Last Updated Dec. 24, 1998
- Provide examples Give examples of sexual harassment that put the definition into concrete terms.
- Enforce sanctions for policy violations Let your employees know what will happen to anyone who breaks the rules
- Give prompt attention Everyone should be aware that a sexual harassment complaint is serious and will receive the appropriate consideration within the company.
- Keep it under wraps Maintain the confidentiality of all parties involved.
- Provide protection against reprisals Without this point in your company’s policy, those suffering from harassment will be even more reluctant to come forward for fear of losing their jobs.
- Investigate thoroughly State clearly that any investigation into the complaint will be done with the utmost respect for all parties involved.
- Define the responsibilities of all parties Outline what each party should do in the case of sexual harassment. This gives all parties a course of action to follow.
- Provide a list of state and federal agencies Distribute a list of state and federal agencies where employees can file a formal complaint of sexual harassment. Doing so many make them feel safer.
Sexual harassment isn’t confined to one industry, or to companies of any one size. It strikes big companies like Mitsubishi, beloved organizations like the New York Mets, small companies like the fast-food franchise on the corner, and everything in between.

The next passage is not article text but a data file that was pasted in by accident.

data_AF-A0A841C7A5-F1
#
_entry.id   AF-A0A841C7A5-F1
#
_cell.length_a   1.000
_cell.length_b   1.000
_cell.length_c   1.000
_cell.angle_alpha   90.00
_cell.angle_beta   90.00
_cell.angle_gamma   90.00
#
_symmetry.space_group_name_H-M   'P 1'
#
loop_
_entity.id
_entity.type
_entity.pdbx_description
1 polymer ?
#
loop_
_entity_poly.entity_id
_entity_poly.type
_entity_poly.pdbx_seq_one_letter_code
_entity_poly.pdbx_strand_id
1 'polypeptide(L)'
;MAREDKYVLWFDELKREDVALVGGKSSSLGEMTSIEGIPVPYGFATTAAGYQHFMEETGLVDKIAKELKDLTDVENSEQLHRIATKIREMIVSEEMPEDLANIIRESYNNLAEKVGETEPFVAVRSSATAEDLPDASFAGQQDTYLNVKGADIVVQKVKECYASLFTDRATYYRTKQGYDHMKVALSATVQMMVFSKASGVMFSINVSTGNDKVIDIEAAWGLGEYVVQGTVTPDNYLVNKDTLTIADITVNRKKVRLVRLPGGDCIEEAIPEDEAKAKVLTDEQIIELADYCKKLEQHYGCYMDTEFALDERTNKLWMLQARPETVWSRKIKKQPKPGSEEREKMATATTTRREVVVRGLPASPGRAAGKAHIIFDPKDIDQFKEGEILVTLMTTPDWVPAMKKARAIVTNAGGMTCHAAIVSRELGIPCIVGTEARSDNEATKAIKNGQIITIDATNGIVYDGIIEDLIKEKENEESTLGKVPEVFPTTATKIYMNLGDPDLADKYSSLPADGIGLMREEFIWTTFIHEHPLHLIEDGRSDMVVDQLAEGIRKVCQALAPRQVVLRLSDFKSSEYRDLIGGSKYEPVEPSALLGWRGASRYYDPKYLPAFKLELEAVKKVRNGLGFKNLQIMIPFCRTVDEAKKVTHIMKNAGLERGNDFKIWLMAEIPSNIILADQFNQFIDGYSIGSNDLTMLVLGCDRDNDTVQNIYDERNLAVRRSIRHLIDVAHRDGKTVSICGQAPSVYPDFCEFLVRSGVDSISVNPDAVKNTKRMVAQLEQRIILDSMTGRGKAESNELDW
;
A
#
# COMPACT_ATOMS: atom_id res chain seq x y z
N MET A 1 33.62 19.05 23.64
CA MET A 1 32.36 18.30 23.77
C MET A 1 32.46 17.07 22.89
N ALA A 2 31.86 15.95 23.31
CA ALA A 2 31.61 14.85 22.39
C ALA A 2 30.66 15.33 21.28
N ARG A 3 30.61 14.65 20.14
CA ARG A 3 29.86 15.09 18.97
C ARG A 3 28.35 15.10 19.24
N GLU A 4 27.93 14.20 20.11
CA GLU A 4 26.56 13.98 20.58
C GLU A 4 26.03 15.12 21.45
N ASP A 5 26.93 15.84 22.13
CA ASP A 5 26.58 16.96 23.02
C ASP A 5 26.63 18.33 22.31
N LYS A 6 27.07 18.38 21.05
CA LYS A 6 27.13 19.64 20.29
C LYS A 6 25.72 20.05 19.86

Legally, companies are responsible for the actions of all their employees, whether or not top management has knowledge of the offending action.
In 1991, there were 6,883 sexual harassment claims in the U.S. This more than doubled by 1997, with 15,889 claims, according to the Equal Employment Opportunity Commission. In 1997, about 20 percent of those claims ended in judgments for the plaintiffs and paid out almost $50 million. When you factor in the huge expense of litigation, the total costs of sexual harassment quickly skyrocket.
Experts suggest that it’s not incidents that are increasing, but rather the reporting of those incidents — and lawsuits increase accordingly. Nearly 50 percent of all U.S. companies received a sexual harassment claim in 1997 according to a survey by Business and Legal Reports.
While companies need to do everything they can to teach their employees that sexual harassment is unacceptable, they can also start protecting themselves financially. General business liability insurance doesn’t cover these claims in most cases, and insurers started writing exclusions for bias cases when they noticed the explosion in claims.
A special variety of business liability coverage called Employment Practices Liability Insurance (EPLI) can cover financial threats to your business that arise out of sexual harassment suits.
An EPLI policy covers such costs as court fees, defense costs, and, if there’s a settlement or decision in favor of the individual bringing the suit, the cost of the settlement — up to the liability limits of your policy.
As the number of suits has increased, so has the number of insurers offering EPLI. In 1992, only three companies sold the coverage. Fast forward to today, and more than 50 companies sell such policies, according to J&H Marsh & McLennan, one of the sellers.And because awareness (and fear) of sexual harassment suits has skyrocketed, you can bet that sales of EPLI policies have been brisk. “Sales have increased dramatically in the last 12 to 18 months,” confirms John Wood, spokesperson for Specialty Risks Association, an EPLI underwriter. “Companies are sensitive to what they see in the media, the trade articles they see, and the education they receive from agents. After receiving [EPLI] quotes for a period of time, many companies are coming to the realization that they need this coverage as soon as they can get it.”